Candace Gingrich-Jones Vows to Vote for Obama Instead of Brother Newt in 2012

Although Candace Gingrich-Jones shares a "mutual respect" with half-brother and presidential hopeful Newt Gingrich, she has vowed to vote for President Barack Obama in the upcoming 2012 presidential elections.

Candace Gingrich-Jones, who is a lesbian, told MSNBC’s Rachel Maddow Wednesday that although she considers her familial relationship with Gingrich to be important, “the catch is that when we leave the dinner table or leave the Christmas gathering, you know he and [his wife] Callista still have way more rights than my wife, Rebecca, and I do.”

Gingrich-Jones, 45, is an avid LGBT activist at the Human Rights Campaign. In the past, she has not hesitated to speak out against her politician half-brother, especially regarding the topic of gay rights.

She wrote “A Letter to My Brother Newt Gingrich” in November 2008, criticizing Gingrich for speaking against Proposition 8 protestors on Fox News. She told Gingrich that his staunch views on traditional marriage indicate he is living in the past.

“Welcome to the 21st Century, Bro,” she wrote.

As displayed on the "Rachel Maddow Show," Gingrich-Jones continues to disagree with her brother’s views on same-sex marriage, and will “work really, really hard to make sure that President Obama is re-elected next year no matter who the Republican candidate is.”

Newt Gingrich contests same-sex marriage so vehemently that he did not attend his half-sister’s own ceremony with her partner although he was invited.

“Well we still got a gift,” Gingrich-Jones joked to Maddow.

Gingrich previously referred to same-sex marriage as “a temporary aberration that will dissipate. I think that it just fundamentally goes against everything we know.”

Gingrich, a Catholic, believes that the sacred bond of marriage is reserved for a man and a woman, as presented in the Bible. He openly supports the Defense of Marriage Act and California's Proposition 8, which bans same-sex marriage.  

"I believe that marriage is between a man and a woman," Gingrich said in Fort Dodge, Iowa, in September. "It has been for all of recorded history."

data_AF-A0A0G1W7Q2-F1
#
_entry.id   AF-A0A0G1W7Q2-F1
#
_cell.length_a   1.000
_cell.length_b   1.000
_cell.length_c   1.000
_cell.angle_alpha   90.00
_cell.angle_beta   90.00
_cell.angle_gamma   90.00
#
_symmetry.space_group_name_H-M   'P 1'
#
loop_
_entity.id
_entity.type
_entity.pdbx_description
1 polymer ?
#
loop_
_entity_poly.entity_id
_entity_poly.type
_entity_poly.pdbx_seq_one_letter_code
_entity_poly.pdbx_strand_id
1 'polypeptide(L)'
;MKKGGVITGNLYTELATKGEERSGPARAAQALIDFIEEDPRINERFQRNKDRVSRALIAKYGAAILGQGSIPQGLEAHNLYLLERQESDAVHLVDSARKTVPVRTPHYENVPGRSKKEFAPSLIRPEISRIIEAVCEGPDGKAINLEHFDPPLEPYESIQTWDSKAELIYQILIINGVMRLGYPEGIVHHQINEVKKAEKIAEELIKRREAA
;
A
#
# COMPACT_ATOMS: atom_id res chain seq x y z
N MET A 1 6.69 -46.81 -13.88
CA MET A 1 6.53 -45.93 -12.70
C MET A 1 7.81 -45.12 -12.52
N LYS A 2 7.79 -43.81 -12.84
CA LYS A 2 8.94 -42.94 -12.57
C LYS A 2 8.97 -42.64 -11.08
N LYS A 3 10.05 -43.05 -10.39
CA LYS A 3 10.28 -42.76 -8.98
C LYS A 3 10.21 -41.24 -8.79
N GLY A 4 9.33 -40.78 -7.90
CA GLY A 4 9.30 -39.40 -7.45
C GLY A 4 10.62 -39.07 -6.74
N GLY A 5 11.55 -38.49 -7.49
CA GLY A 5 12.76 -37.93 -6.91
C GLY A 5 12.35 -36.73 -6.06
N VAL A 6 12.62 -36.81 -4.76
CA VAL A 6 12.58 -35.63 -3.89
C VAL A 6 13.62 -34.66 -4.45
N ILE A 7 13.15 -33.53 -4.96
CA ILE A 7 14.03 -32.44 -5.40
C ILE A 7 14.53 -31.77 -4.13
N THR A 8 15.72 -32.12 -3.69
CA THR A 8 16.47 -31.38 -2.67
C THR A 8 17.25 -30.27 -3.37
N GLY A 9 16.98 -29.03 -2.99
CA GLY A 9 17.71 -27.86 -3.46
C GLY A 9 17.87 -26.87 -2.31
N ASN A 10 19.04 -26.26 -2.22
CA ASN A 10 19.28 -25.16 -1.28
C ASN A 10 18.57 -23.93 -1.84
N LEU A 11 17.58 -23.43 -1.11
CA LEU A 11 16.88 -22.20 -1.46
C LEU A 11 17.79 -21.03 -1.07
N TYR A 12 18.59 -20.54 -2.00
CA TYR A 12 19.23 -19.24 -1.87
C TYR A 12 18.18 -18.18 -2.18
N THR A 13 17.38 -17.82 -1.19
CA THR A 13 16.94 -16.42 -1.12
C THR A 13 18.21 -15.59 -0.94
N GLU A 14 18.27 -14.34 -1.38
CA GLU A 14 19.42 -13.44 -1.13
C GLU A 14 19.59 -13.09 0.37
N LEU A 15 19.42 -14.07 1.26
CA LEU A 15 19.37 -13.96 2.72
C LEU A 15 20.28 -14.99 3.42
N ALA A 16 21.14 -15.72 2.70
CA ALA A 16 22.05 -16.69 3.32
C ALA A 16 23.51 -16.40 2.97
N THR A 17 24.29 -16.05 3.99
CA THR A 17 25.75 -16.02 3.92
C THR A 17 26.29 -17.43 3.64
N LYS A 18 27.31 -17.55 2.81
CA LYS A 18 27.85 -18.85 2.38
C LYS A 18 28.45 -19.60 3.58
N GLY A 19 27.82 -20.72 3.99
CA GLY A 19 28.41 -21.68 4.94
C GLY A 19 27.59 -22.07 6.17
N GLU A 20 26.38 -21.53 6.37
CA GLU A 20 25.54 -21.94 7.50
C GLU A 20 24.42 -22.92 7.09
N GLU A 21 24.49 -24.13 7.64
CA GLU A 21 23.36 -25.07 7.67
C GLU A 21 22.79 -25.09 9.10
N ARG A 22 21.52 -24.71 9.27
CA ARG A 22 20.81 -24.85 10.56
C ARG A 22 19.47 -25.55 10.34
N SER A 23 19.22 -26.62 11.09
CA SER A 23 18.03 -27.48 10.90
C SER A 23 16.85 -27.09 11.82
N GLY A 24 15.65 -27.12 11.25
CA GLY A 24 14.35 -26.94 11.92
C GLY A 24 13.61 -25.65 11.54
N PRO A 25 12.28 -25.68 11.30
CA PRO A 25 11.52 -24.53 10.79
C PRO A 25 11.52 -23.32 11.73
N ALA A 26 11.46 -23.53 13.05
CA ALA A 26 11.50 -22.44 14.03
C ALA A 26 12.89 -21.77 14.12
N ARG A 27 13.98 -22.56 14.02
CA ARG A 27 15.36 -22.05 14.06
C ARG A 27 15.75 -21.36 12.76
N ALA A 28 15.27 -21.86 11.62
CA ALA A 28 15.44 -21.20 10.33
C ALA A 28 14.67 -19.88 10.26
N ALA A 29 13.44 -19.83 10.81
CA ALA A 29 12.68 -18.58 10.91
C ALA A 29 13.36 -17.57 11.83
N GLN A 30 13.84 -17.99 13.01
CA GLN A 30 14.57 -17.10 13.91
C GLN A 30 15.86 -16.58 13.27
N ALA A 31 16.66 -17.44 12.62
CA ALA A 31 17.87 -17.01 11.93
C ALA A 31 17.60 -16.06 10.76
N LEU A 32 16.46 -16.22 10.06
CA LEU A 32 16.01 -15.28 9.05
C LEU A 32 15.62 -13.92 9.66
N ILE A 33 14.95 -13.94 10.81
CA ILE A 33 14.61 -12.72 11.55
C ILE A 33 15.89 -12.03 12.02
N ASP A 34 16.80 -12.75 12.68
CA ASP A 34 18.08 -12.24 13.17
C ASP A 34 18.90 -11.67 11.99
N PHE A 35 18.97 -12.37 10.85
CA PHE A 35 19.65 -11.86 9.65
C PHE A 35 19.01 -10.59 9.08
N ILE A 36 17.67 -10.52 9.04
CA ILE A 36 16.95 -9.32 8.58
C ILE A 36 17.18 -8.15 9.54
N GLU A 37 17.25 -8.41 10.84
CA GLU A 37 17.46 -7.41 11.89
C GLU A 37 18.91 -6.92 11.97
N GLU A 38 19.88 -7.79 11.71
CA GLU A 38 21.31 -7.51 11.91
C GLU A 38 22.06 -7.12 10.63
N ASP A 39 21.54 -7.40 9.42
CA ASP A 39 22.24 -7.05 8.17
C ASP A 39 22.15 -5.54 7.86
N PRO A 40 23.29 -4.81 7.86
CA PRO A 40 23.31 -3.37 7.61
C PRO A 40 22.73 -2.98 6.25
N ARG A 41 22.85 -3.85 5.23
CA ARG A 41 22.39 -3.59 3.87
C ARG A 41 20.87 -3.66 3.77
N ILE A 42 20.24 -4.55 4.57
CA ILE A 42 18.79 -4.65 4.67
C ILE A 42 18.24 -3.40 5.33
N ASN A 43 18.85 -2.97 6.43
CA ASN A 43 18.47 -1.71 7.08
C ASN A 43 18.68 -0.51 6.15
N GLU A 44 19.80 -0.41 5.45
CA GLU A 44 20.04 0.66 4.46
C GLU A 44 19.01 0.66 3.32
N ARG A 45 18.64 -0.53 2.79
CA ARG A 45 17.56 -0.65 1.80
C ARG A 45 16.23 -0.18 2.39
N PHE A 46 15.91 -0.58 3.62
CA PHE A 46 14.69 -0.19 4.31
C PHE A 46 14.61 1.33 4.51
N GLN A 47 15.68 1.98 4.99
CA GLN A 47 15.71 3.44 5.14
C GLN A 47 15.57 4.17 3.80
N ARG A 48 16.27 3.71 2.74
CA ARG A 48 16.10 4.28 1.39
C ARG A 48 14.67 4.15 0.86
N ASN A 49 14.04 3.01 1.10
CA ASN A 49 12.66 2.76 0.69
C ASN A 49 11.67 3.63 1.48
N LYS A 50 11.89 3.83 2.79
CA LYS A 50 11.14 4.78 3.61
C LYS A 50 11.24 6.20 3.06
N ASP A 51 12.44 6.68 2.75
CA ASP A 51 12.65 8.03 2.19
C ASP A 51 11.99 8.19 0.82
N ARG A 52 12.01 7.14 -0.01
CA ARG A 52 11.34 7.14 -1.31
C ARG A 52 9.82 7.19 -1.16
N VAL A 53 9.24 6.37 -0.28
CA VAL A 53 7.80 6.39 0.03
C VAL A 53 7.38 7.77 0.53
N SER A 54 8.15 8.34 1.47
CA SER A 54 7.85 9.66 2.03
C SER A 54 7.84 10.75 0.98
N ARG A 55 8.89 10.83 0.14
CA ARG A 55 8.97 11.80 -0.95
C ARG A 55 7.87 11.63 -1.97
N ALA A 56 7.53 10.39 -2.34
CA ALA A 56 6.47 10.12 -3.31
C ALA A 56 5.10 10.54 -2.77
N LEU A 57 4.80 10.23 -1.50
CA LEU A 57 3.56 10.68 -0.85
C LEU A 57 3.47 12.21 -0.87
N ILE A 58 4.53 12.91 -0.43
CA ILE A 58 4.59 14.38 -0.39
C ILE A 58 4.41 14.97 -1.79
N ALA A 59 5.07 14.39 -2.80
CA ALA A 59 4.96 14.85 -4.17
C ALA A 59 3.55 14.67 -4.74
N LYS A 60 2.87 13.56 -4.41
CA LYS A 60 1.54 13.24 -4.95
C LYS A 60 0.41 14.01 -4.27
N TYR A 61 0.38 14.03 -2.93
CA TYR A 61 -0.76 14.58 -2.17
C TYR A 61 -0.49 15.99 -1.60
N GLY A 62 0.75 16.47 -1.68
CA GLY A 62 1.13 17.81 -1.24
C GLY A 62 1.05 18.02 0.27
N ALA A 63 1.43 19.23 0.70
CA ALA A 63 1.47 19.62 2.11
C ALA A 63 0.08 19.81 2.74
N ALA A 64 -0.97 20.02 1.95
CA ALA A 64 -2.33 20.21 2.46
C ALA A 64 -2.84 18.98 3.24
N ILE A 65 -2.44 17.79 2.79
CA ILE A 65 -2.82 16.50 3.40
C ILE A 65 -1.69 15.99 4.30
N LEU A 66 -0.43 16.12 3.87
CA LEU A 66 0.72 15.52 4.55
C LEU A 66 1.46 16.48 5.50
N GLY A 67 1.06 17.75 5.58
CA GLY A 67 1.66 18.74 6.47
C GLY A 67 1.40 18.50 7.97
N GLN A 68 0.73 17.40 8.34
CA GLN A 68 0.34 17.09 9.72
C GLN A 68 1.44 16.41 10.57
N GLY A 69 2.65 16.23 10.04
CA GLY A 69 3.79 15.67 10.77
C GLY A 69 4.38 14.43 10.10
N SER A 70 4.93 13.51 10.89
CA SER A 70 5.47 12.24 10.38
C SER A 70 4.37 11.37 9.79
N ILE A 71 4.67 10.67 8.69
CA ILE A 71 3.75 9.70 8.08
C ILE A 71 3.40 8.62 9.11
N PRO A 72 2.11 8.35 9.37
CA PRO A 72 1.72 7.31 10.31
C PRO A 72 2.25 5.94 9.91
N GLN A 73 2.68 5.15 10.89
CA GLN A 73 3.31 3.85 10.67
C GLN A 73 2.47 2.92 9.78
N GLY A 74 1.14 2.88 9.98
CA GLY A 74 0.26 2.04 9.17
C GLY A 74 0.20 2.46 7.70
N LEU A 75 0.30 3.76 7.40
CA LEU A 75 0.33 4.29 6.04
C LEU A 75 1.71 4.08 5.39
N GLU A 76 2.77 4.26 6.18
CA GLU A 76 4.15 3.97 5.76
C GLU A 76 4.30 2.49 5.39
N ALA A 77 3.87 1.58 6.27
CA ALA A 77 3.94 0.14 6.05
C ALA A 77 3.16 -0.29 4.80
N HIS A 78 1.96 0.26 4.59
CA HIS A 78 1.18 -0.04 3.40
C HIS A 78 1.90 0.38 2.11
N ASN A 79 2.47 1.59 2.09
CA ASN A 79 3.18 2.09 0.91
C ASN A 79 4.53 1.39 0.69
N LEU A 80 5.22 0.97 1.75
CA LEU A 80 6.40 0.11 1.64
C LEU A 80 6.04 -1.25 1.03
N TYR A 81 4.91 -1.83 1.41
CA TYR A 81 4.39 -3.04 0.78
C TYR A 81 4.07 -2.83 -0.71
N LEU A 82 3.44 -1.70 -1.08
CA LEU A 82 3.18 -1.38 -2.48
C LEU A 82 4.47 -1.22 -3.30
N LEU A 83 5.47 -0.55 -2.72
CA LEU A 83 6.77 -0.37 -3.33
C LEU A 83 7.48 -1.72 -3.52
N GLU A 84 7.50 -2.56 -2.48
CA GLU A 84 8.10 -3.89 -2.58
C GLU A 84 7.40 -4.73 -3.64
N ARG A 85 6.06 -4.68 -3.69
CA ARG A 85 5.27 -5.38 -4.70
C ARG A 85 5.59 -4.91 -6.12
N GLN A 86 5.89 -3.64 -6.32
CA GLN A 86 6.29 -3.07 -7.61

Evidently, activists such as Gingrich’s half-sister, beg to differ.

Gingrich has also been the subject of public ridicule regarding his stance on same-sex marriage. At a May book signing, Gingrich was “glitter bombed” by a gay activist.

“Feel the rainbow, Newt! Stop the hate! Stop anti-gay politics,” the protester told the presidential hopeful.

Gingrich continues to hold strong to his values as he races ahead in approval polls for the 2012 elections.

"I think we are drifting towards a terrible muddle which I think is going to be very, very difficult and painful to work our way out of,” Gingrich said last month in reference to New York's legalization of same-sex marriage.

"I believe that marriage is between a man and a woman. I think that’s what marriage ought to be and I would like to find ways to defend that view as legitimately and effectively as possible," he added.

As Gingrich-Jones told Maddow Wednesday, she does not underestimate her brother’s potential to use his stance on LGBT issues to attract religious voters, just as fellow presidential runner Rick Perry recently attempted with a political ad running in the state of Iowa.

“I wouldn’t put it past any of the GOP presidential candidates. Historically it’s been one of the things, a tactic, that’s been used,” Gingrich-Jones told Maddow.

Obama, who recently announced an initiative to promote policies favorable to gays and lesbians abroad, has been called one of the most pro-gay presidents in U.S. history.

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